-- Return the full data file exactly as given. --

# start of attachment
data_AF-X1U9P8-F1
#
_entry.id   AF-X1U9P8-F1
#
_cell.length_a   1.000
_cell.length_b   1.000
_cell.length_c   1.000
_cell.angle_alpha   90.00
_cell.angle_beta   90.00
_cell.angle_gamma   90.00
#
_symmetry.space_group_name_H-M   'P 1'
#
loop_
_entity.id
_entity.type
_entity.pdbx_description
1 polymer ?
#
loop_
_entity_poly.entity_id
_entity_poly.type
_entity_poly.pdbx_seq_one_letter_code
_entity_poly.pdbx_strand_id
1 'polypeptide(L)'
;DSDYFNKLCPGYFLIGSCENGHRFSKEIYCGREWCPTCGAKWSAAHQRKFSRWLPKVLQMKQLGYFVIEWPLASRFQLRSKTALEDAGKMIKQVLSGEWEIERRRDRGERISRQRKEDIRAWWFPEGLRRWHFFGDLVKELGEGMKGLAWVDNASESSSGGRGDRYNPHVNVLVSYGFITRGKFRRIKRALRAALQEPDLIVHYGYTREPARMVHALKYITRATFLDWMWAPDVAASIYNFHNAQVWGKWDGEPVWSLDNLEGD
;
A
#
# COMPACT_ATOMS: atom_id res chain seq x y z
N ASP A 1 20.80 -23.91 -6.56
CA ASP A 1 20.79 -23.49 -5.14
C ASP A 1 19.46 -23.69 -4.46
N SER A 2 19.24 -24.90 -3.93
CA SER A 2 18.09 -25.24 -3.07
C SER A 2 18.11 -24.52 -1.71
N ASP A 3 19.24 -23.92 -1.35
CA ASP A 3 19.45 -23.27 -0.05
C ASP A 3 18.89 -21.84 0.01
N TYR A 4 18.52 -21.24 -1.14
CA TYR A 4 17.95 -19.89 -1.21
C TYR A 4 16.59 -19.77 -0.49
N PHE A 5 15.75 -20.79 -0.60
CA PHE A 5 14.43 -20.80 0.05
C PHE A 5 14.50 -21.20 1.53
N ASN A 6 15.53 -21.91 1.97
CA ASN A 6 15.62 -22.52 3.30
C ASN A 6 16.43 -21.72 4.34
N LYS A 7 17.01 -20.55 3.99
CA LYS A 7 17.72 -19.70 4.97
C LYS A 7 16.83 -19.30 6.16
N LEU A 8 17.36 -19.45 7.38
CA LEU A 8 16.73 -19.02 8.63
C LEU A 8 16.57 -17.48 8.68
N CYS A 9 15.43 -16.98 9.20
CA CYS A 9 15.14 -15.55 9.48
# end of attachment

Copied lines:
data_AF-X1U9P8-F1
#
_entry.id   AF-X1U9P8-F1
#
_cell.length_a   1.000
_cell.length_b   1.000
_cell.length_c   1.000
_cell.angle_alpha   90.00
_cell.angle_beta   90.00
_cell.angle_gamma   90.00
#
_symmetry.space_group_name_H-M   'P 1'
#
loop_
_entity.id
_entity.type
_entity.pdbx_description
1 polymer ?
#
loop_
_entity_poly.entity_id
_entity_poly.type
_entity_poly.pdbx_seq_one_letter_code
_entity_poly.pdbx_strand_id
1 'polypeptide(L)'
;DSDYFNKLCPGYFLIGSCENGHRFSKEIYCGREWCPTCGAKWSAAHQRKFSRWLPKVLQMKQLGYFVIEWPLASRFQLRSKTALEDAGKMIKQVLSGEWEIERRRDRGERISRQRKEDIRAWWFPEGLRRWHFFGDLVKELGEGMKGLAWVDNASESSSGGRGDRYNPHVNVLVSYGFITRGKFRRIKRALRAALQEPDLIVHYGYTREPARMVHALKYITRATFLDWMWAPDVAASIYNFHNAQVWGKWDGEPVWSLDNLEGD
;
A
#
# COMPACT_ATOMS: atom_id res chain seq x y z
N ASP A 1 20.80 -23.91 -6.56
CA ASP A 1 20.79 -23.49 -5.14
C ASP A 1 19.46 -23.69 -4.46
N SER A 2 19.24 -24.90 -3.93
CA SER A 2 18.09 -25.24 -3.07
C SER A 2 18.11 -24.52 -1.71
N ASP A 3 19.24 -23.92 -1.35
CA ASP A 3 19.45 -23.27 -0.05
C ASP A 3 18.89 -21.84 0.01
N TYR A 4 18.52 -21.24 -1.14
CA TYR A 4 17.95 -19.89 -1.21
C TYR A 4 16.59 -19.77 -0.49
N PHE A 5 15.75 -20.79 -0.60
CA PHE A 5 14.43 -20.80 0.05
C PHE A 5 14.50 -21.20 1.53
N ASN A 6 15.53 -21.91 1.97
CA ASN A 6 15.62 -22.52 3.30
C ASN A 6 16.43 -21.72 4.34
N LYS A 7 17.01 -20.55 3.99
CA LYS A 7 17.72 -19.70 4.97
C LYS A 7 16.83 -19.30 6.16
N LEU A 8 17.36 -19.45 7.38
CA LEU A 8 16.73 -19.02 8.63
C LEU A 8 16.57 -17.48 8.68
N CYS A 9 15.43 -16.98 9.20
CA CYS A 9 15.14 -15.55 9.48